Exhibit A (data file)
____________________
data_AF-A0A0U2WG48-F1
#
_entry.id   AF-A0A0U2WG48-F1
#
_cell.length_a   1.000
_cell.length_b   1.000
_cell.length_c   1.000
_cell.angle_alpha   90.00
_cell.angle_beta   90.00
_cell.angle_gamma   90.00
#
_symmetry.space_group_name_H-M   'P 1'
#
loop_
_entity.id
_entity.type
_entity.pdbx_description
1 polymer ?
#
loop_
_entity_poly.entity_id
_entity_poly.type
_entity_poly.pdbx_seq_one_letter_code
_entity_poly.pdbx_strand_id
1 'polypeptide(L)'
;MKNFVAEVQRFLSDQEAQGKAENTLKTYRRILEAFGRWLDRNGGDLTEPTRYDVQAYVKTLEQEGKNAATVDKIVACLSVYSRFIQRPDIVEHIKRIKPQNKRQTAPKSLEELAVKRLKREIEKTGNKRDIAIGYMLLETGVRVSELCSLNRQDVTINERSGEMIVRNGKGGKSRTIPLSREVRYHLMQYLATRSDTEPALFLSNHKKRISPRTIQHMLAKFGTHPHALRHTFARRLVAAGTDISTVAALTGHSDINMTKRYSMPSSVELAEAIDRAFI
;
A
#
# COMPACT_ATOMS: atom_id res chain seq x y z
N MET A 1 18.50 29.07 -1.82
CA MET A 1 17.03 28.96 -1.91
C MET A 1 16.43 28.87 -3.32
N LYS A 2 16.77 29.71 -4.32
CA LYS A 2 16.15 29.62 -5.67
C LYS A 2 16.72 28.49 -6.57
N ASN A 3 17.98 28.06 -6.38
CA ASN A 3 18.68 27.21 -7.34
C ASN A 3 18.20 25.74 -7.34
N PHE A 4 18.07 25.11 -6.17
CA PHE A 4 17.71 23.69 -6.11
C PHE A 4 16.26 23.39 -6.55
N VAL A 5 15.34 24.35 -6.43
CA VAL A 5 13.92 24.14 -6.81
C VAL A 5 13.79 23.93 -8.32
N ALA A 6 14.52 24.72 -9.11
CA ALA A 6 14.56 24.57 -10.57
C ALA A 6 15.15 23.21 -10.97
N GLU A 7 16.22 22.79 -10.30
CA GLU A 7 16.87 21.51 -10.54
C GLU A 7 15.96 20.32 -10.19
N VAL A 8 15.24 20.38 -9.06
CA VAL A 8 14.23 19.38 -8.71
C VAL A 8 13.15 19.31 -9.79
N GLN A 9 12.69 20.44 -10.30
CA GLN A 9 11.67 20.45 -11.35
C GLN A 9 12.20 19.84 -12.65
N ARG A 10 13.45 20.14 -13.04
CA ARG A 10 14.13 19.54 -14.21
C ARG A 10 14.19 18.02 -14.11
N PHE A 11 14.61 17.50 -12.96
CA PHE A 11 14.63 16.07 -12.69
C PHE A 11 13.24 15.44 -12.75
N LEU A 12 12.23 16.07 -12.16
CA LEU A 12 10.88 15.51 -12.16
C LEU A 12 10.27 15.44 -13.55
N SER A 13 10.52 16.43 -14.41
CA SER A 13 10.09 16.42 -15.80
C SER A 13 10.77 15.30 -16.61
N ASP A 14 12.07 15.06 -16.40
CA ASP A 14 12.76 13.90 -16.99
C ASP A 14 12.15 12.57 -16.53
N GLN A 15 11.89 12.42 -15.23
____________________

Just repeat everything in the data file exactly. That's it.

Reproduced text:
data_AF-A0A0U2WG48-F1
#
_entry.id   AF-A0A0U2WG48-F1
#
_cell.length_a   1.000
_cell.length_b   1.000
_cell.length_c   1.000
_cell.angle_alpha   90.00
_cell.angle_beta   90.00
_cell.angle_gamma   90.00
#
_symmetry.space_group_name_H-M   'P 1'
#
loop_
_entity.id
_entity.type
_entity.pdbx_description
1 polymer ?
#
loop_
_entity_poly.entity_id
_entity_poly.type
_entity_poly.pdbx_seq_one_letter_code
_entity_poly.pdbx_strand_id
1 'polypeptide(L)'
;MKNFVAEVQRFLSDQEAQGKAENTLKTYRRILEAFGRWLDRNGGDLTEPTRYDVQAYVKTLEQEGKNAATVDKIVACLSVYSRFIQRPDIVEHIKRIKPQNKRQTAPKSLEELAVKRLKREIEKTGNKRDIAIGYMLLETGVRVSELCSLNRQDVTINERSGEMIVRNGKGGKSRTIPLSREVRYHLMQYLATRSDTEPALFLSNHKKRISPRTIQHMLAKFGTHPHALRHTFARRLVAAGTDISTVAALTGHSDINMTKRYSMPSSVELAEAIDRAFI
;
A
#
# COMPACT_ATOMS: atom_id res chain seq x y z
N MET A 1 18.50 29.07 -1.82
CA MET A 1 17.03 28.96 -1.91
C MET A 1 16.43 28.87 -3.32
N LYS A 2 16.77 29.71 -4.32
CA LYS A 2 16.15 29.62 -5.67
C LYS A 2 16.72 28.49 -6.57
N ASN A 3 17.98 28.06 -6.38
CA ASN A 3 18.68 27.21 -7.34
C ASN A 3 18.20 25.74 -7.34
N PHE A 4 18.07 25.11 -6.17
CA PHE A 4 17.71 23.69 -6.11
C PHE A 4 16.26 23.39 -6.55
N VAL A 5 15.34 24.35 -6.43
CA VAL A 5 13.92 24.14 -6.81
C VAL A 5 13.79 23.93 -8.32
N ALA A 6 14.52 24.72 -9.11
CA ALA A 6 14.56 24.57 -10.57
C ALA A 6 15.15 23.21 -10.97
N GLU A 7 16.22 22.79 -10.30
CA GLU A 7 16.87 21.51 -10.54
C GLU A 7 15.96 20.32 -10.19
N VAL A 8 15.24 20.38 -9.06
CA VAL A 8 14.23 19.38 -8.71
C VAL A 8 13.15 19.31 -9.79
N GLN A 9 12.69 20.44 -10.30
CA GLN A 9 11.67 20.45 -11.35
C GLN A 9 12.20 19.84 -12.65
N ARG A 10 13.45 20.14 -13.04
CA ARG A 10 14.13 19.54 -14.21
C ARG A 10 14.19 18.02 -14.11
N PHE A 11 14.61 17.50 -12.96
CA PHE A 11 14.63 16.07 -12.69
C PHE A 11 13.24 15.44 -12.75
N LEU A 12 12.23 16.07 -12.16
CA LEU A 12 10.88 15.51 -12.16
C LEU A 12 10.27 15.44 -13.55
N SER A 13 10.52 16.43 -14.41
CA SER A 13 10.09 16.42 -15.80
C SER A 13 10.77 15.30 -16.61
N ASP A 14 12.07 15.06 -16.40
CA ASP A 14 12.76 13.90 -16.99
C ASP A 14 12.15 12.57 -16.53
N GLN A 15 11.89 12.42 -15.23